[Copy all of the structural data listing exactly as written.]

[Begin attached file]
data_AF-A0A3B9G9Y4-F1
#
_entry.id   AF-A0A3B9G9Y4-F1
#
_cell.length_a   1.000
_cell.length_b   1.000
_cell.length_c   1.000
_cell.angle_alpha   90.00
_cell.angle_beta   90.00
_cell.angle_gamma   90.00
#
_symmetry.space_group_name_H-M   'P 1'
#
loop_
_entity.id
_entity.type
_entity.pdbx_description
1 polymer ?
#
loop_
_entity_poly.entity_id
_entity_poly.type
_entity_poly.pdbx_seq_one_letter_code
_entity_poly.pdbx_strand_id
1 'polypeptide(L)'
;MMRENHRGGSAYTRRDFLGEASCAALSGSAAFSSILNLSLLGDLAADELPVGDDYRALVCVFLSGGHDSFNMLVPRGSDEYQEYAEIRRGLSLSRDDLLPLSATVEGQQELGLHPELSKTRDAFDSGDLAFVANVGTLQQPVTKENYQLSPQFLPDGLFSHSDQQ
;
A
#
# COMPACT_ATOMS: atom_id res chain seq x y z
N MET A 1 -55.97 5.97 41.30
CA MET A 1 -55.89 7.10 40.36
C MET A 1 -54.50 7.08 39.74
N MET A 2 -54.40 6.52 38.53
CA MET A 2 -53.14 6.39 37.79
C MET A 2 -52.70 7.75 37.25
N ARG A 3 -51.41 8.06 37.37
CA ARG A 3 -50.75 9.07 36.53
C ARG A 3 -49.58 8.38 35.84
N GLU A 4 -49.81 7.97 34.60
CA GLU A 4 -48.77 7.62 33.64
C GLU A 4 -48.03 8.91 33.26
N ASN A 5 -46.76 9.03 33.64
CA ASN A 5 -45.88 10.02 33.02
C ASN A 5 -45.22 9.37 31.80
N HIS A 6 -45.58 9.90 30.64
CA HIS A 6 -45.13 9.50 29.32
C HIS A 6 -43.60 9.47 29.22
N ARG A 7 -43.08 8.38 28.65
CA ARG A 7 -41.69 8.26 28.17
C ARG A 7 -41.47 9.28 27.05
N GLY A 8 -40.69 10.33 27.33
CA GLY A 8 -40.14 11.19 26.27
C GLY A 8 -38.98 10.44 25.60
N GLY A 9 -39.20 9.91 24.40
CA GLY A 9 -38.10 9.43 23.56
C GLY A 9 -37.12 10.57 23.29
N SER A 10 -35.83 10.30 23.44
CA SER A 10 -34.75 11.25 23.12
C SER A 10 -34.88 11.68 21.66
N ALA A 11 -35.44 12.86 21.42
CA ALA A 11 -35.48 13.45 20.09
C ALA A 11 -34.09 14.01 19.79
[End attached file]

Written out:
data_AF-A0A3B9G9Y4-F1
#
_entry.id   AF-A0A3B9G9Y4-F1
#
_cell.length_a   1.000
_cell.length_b   1.000
_cell.length_c   1.000
_cell.angle_alpha   90.00
_cell.angle_beta   90.00
_cell.angle_gamma   90.00
#
_symmetry.space_group_name_H-M   'P 1'
#
loop_
_entity.id
_entity.type
_entity.pdbx_description
1 polymer ?
#
loop_
_entity_poly.entity_id
_entity_poly.type
_entity_poly.pdbx_seq_one_letter_code
_entity_poly.pdbx_strand_id
1 'polypeptide(L)'
;MMRENHRGGSAYTRRDFLGEASCAALSGSAAFSSILNLSLLGDLAADELPVGDDYRALVCVFLSGGHDSFNMLVPRGSDEYQEYAEIRRGLSLSRDDLLPLSATVEGQQELGLHPELSKTRDAFDSGDLAFVANVGTLQQPVTKENYQLSPQFLPDGLFSHSDQQ
;
A
#
# COMPACT_ATOMS: atom_id res chain seq x y z
N MET A 1 -55.97 5.97 41.30
CA MET A 1 -55.89 7.10 40.36
C MET A 1 -54.50 7.08 39.74
N MET A 2 -54.40 6.52 38.53
CA MET A 2 -53.14 6.39 37.79
C MET A 2 -52.70 7.75 37.25
N ARG A 3 -51.41 8.06 37.37
CA ARG A 3 -50.75 9.07 36.53
C ARG A 3 -49.58 8.38 35.84
N GLU A 4 -49.81 7.97 34.60
CA GLU A 4 -48.77 7.62 33.64
C GLU A 4 -48.03 8.91 33.26
N ASN A 5 -46.76 9.03 33.64
CA ASN A 5 -45.88 10.02 33.02
C ASN A 5 -45.22 9.37 31.80
N HIS A 6 -45.58 9.90 30.64
CA HIS A 6 -45.13 9.50 29.32
C HIS A 6 -43.60 9.47 29.22
N ARG A 7 -43.08 8.38 28.65
CA ARG A 7 -41.69 8.26 28.17
C ARG A 7 -41.47 9.28 27.05
N GLY A 8 -40.69 10.33 27.33
CA GLY A 8 -40.14 11.19 26.27
C GLY A 8 -38.98 10.44 25.60
N GLY A 9 -39.20 9.91 24.40
CA GLY A 9 -38.10 9.43 23.56
C GLY A 9 -37.12 10.57 23.29
N SER A 10 -35.83 10.30 23.44
CA SER A 10 -34.75 11.25 23.12
C SER A 10 -34.88 11.68 21.66
N ALA A 11 -35.44 12.86 21.42
CA ALA A 11 -35.48 13.45 20.09
C ALA A 11 -34.09 14.01 19.79